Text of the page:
IRS Raises HSA Contribution Limits for 2023
Contribution limits on Health Savings Accounts (HSA) for 2023 will be going up significantly in response to the recent surge in inflation, the IRS announced on April 29, 2022. Each year, the IRS adjusts the contribution cap on HSA contributions.
In 2023, the contribution limit for individuals will be $3,850, up from $3,650 in 2022. The contribution limit for family coverage will be $7,750, up from $7,300 this year. The adjustments are a roughly 5.5 percent increase over the limits set for 2022. By contrast, the adjustments were about 1.4 percent between 2021 and 2022.
The so-called catch-up contribution limit for those age 55 and older remains at $1,000 per year (an amount fixed by statute), meaning someone in that age bracket can set aside up to a total of $4,850 for individuals and $8,750 for families. Note: If you are enrolled in Medicare Part A or Parts A and B, you are not permitted to contribute to an HSA.
In addition, the IRS announced that the minimum deductible and maximum out-of-pocket expenses for a High Deductible Health Plan -- which HSAs must paired with – will also be increasing. The minimum deductible for individuals will increase in 2023 to $1,500, up from $1,400 in 2022. For families, it will be $3,000, up from $2,800 in 2022. The maximum out-of-pocket amounts will be $7,500 for individuals and $15,000 for families, increased from $7,050 and $14,100, respectively.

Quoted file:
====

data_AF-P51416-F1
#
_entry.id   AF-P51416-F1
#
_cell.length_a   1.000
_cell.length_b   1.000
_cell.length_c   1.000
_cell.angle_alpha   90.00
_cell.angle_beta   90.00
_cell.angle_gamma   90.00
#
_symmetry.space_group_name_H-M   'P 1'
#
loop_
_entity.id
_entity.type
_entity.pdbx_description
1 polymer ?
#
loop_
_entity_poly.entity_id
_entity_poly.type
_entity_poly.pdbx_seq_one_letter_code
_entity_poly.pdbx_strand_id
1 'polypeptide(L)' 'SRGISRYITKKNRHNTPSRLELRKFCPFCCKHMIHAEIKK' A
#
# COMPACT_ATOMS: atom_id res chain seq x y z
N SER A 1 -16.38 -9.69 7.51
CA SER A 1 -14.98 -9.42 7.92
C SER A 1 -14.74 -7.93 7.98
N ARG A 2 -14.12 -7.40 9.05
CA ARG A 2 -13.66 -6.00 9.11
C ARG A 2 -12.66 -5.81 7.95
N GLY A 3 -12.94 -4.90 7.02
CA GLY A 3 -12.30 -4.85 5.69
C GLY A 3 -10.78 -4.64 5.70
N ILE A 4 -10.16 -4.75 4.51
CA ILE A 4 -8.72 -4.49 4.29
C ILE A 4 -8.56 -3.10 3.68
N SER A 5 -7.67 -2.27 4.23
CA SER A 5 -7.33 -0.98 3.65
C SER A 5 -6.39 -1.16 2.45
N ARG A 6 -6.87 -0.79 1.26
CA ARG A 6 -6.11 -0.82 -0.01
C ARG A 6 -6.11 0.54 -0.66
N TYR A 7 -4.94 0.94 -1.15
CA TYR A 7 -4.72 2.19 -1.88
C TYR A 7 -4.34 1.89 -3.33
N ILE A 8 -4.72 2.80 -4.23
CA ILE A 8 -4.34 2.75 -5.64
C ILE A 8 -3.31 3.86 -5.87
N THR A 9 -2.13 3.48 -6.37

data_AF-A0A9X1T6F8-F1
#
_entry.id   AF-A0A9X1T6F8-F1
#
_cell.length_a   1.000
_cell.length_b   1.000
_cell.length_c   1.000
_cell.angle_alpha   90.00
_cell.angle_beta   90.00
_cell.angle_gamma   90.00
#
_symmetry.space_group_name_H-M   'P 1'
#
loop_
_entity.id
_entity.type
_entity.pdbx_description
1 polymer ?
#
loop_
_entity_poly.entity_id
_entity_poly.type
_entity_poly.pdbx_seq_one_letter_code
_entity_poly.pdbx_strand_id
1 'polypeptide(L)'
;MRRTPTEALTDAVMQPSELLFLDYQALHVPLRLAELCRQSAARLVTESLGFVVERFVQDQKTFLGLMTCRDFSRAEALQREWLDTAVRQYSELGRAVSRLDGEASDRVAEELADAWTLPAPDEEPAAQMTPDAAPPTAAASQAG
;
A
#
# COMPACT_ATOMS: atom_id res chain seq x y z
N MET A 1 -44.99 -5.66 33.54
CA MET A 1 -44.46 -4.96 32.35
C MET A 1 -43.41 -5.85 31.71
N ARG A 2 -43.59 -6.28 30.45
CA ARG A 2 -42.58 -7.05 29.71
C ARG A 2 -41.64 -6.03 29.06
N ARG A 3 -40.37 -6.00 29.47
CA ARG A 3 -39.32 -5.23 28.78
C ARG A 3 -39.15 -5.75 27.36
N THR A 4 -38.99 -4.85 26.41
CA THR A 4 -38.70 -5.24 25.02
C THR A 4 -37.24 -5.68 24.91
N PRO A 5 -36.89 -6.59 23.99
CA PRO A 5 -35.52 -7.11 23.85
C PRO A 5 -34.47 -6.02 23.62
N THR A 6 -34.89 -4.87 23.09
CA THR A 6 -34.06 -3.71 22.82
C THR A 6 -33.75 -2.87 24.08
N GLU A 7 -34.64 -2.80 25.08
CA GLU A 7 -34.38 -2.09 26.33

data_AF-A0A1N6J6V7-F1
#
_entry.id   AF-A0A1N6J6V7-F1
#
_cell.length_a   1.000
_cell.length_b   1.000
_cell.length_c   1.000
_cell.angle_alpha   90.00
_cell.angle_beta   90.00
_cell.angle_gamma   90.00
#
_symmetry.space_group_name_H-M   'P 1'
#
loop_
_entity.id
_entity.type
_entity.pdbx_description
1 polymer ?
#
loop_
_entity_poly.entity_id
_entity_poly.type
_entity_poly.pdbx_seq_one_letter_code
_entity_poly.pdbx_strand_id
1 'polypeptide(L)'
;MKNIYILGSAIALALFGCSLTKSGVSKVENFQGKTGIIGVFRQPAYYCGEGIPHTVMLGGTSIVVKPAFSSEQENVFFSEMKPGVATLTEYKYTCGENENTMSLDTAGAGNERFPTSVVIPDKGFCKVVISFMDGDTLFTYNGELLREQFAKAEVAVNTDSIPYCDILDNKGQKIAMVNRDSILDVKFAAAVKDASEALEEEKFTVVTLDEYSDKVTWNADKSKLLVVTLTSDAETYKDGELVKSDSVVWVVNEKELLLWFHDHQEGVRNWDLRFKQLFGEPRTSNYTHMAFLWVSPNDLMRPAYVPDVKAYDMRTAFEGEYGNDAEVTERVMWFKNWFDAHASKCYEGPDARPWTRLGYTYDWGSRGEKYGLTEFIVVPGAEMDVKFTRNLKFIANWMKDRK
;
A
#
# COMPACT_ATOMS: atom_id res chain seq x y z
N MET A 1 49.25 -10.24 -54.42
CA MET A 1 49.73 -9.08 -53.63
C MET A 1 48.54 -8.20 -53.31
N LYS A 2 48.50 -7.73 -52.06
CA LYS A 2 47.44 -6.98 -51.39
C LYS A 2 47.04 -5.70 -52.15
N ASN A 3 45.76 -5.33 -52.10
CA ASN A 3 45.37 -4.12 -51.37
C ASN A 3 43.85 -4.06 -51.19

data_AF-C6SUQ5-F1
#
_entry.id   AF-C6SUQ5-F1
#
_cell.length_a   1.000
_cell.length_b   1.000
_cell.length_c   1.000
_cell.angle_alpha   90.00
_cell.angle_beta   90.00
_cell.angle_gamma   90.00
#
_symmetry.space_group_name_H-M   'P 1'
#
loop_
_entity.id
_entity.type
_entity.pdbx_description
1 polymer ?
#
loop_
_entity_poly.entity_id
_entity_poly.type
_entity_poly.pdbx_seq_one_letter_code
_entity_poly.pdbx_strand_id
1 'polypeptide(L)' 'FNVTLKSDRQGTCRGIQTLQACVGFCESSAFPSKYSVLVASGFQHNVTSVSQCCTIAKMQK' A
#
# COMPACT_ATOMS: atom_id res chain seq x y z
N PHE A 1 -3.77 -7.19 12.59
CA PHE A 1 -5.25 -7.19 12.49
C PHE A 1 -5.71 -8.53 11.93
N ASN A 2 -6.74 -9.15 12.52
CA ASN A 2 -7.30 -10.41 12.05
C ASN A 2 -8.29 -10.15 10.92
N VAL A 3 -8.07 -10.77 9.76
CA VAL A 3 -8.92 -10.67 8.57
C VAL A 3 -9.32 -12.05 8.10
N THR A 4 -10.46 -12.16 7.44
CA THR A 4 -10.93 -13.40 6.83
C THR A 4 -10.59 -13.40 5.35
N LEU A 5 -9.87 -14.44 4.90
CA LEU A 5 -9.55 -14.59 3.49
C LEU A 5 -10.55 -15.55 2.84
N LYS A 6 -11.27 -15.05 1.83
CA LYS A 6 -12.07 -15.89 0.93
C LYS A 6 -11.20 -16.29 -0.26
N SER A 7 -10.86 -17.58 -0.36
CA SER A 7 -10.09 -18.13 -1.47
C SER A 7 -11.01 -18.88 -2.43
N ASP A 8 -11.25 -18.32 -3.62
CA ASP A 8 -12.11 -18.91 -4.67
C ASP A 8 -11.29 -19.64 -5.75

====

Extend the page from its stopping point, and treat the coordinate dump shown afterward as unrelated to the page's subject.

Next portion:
Lastly, the IRS also raised the maximum amount that employers may contribute to an Excepted Benefit Health Reimbursement Arrangement (EBHRA) to $1,950, up from the 2022 amount of $1,800. An EBHRA may be used toward out-of-pocket medical expenses, but not individual or group health care premiums. It includes dental; vision; long-term care; nursing home care; short-term, limited-duration insurance; and COBRA coverage. An EBHRA must be offered in conjunction with traditional group coverage, but employees do not have to be enrolled in the group health plan.
HSA contribution caveats
- HSA participants who exceed these contribution limits are subject to a 6% penalty tax on the excess amount, unless it is withdrawn from the account before that year’s tax deadline. The excess contributions are also not tax-deductible.
- Married couples who share one family HSA may contribute a total of $7,750. If both spouses have individual coverage, each may contribute up to $3,850 in separate accounts.
Source: IRS Revenue Procedure 2022-24